Lenders never have perfect                       should determine
     information about a potential                     who becomes an
     borrower’s business.
                                                         entrepreneur.”
     Information gaps have worsened as lenders
     have moved away from relationship banking.

     The Chamber recommends
     that governments, lenders and business
     groups work to improve banking advice.

     Collateral can help bridge information, but

     37%
            of rejections are due to
            lack of collateral.

     The Chamber recommends
     that governments examine the feasibility
     of the implementation of a partial credit
     guarantee.

     Changes to prudential rules
     also make it more difficult
     to lend to small business.

     The Chamber recommends
     that the impact of prudential rules and
     banking competition more broadly should
     be investigated as part of a future financial
     system inquiry.

6                                                                     Call 13 26 96
SMALL BUSINESS ACCESS TO FINANCE - Thinking business - Business Australia
Key points                                                      Recommendation 1.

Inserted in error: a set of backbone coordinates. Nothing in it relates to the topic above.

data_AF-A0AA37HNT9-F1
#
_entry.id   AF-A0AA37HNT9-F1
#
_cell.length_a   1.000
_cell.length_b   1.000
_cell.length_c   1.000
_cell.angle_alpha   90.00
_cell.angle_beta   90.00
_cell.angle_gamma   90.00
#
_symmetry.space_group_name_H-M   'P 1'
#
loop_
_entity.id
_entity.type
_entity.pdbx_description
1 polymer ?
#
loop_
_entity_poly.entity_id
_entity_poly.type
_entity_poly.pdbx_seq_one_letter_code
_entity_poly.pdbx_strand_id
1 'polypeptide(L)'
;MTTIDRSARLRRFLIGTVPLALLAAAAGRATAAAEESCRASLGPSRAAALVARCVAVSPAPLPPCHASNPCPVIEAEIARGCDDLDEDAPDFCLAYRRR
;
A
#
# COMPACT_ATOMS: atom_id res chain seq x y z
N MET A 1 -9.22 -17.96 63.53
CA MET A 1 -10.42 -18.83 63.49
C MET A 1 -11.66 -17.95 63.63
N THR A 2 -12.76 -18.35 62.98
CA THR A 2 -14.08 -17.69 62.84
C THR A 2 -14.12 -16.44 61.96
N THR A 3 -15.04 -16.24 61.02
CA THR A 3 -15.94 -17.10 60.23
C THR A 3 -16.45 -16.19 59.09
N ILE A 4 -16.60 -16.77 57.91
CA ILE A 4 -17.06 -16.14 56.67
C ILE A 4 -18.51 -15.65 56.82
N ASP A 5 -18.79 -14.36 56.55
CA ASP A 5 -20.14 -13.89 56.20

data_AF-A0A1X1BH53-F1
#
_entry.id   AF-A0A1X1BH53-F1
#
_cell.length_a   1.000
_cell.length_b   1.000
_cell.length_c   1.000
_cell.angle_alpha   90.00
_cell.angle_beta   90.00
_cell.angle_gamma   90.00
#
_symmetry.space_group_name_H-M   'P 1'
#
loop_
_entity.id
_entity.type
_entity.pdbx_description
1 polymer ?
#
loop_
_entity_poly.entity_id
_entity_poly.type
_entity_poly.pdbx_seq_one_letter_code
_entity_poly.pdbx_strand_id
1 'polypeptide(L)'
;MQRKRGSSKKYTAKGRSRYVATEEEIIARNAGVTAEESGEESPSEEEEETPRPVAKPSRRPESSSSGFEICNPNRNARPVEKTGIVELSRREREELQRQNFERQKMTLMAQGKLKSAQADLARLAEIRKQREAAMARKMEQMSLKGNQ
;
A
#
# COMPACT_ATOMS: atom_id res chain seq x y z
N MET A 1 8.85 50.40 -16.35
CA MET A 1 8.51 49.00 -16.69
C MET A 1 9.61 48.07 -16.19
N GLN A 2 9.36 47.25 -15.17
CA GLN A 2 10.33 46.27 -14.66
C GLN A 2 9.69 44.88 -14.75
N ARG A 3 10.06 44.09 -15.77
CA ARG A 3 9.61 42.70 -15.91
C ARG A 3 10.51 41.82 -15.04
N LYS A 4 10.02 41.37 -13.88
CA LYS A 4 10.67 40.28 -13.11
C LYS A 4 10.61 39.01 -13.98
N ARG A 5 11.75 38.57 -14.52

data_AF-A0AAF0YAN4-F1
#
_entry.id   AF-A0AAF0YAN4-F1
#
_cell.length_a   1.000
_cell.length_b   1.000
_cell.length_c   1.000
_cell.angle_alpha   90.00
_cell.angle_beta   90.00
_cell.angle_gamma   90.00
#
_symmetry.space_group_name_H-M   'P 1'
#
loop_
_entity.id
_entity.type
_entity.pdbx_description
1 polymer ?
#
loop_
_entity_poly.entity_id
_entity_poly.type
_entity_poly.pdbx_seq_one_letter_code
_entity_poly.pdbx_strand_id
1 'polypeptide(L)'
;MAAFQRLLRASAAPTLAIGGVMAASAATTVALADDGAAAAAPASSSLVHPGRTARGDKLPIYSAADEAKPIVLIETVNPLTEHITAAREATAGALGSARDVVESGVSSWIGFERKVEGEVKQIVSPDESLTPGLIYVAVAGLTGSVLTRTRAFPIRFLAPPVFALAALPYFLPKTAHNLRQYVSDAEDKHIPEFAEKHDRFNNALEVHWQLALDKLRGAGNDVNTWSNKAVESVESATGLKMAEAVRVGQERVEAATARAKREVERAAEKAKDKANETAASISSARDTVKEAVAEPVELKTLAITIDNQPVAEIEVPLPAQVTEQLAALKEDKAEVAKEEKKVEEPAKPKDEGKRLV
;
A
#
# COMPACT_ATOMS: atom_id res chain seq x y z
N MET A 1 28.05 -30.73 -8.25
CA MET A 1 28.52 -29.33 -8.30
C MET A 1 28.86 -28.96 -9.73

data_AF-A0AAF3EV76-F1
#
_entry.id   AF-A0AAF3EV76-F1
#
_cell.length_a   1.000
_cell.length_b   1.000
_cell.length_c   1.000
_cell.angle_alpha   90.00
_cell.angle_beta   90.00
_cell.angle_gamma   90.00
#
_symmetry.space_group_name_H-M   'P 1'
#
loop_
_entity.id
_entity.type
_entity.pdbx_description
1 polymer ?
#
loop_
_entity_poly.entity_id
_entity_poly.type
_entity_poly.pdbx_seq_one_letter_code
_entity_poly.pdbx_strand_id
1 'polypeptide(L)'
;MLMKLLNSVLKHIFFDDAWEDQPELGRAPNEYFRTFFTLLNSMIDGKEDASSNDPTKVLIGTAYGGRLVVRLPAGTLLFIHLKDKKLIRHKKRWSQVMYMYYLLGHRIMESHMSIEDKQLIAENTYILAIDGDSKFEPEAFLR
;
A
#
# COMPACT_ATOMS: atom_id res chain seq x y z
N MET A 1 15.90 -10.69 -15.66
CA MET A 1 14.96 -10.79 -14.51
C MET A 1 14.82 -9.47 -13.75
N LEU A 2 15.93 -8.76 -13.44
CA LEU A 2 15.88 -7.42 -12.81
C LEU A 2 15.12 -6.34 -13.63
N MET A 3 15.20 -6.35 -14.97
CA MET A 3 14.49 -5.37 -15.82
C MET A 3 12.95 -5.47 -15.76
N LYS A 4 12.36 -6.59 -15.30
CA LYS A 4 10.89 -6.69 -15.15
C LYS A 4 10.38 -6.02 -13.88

The Chamber recommends that governments,
                                                                 lenders and business groups work together to
                                                                 solve coordination problems in the provision of
 Although survey results vary, Deloitte Access Economics         banking advice and training
 (DAE) estimates that about 10% of Australian SMEs               to businesses.
 or around 200,000 businesses have problems accessing
 finance.                                                        Lack of collateral: Collateral can help overcome
                                                                 information gaps by reducing the risk of default by giving
 ABS data suggest access to finance is also the most
                                                                 borrowers more skin in the game and compensating
 common barrier to innovation (affecting around 400,000
                                                                 lender’s if a default does occur.
 businesses) and the third largest barrier to general activity
 (affecting around 300,000 businesses).                          However, lack of collateral was the most common reason
                                                                 for being denied access to finance, with Chamber data
 Information gaps: Since lenders never have perfect
                                                                 showing that it was responsible for 37% of rejections.